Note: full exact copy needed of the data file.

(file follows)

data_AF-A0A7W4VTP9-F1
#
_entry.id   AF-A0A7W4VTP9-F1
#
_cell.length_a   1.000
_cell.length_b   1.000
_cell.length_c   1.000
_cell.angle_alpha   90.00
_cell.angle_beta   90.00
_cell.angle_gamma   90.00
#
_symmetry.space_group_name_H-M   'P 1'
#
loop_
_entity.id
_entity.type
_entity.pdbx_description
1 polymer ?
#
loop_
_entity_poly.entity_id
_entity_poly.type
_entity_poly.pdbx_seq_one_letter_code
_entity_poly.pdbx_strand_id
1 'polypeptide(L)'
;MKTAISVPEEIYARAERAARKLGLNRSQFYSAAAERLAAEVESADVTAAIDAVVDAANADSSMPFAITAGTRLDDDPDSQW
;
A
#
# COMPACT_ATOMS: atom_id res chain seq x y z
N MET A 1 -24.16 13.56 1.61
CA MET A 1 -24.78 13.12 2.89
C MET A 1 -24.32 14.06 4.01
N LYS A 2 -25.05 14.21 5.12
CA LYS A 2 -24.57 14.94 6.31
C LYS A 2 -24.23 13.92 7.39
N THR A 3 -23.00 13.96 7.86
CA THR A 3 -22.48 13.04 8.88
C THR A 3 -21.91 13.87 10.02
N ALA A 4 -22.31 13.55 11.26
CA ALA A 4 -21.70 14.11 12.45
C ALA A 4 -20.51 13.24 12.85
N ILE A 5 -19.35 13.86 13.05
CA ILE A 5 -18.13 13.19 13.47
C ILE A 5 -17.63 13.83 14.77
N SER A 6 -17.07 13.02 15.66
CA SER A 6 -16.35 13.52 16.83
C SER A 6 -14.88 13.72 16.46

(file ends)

data_AF-A0A7W4VTP9-F1
#
_entry.id   AF-A0A7W4VTP9-F1
#
_cell.length_a   1.000
_cell.length_b   1.000
_cell.length_c   1.000
_cell.angle_alpha   90.00
_cell.angle_beta   90.00
_cell.angle_gamma   90.00
#
_symmetry.space_group_name_H-M   'P 1'
#
loop_
_entity.id
_entity.type
_entity.pdbx_description
1 polymer ?
#
loop_
_entity_poly.entity_id
_entity_poly.type
_entity_poly.pdbx_seq_one_letter_code
_entity_poly.pdbx_strand_id
1 'polypeptide(L)'
;MKTAISVPEEIYARAERAARKLGLNRSQFYSAAAERLAAEVESADVTAAIDAVVDAANADSSMPFAITAGTRLDDDPDSQW
;
A
#
# COMPACT_ATOMS: atom_id res chain seq x y z
N MET A 1 -24.16 13.56 1.61
CA MET A 1 -24.78 13.12 2.89
C MET A 1 -24.32 14.06 4.01
N LYS A 2 -25.05 14.21 5.12
CA LYS A 2 -24.57 14.94 6.31
C LYS A 2 -24.23 13.92 7.39
N THR A 3 -23.00 13.96 7.86
CA THR A 3 -22.48 13.04 8.88
C THR A 3 -21.91 13.87 10.02
N ALA A 4 -22.31 13.55 11.26
CA ALA A 4 -21.70 14.11 12.45
C ALA A 4 -20.51 13.24 12.85
N ILE A 5 -19.35 13.86 13.05
CA ILE A 5 -18.13 13.19 13.47
C ILE A 5 -17.63 13.83 14.77
N SER A 6 -17.07 13.02 15.66
CA SER A 6 -16.35 13.52 16.83
C SER A 6 -14.88 13.72 16.46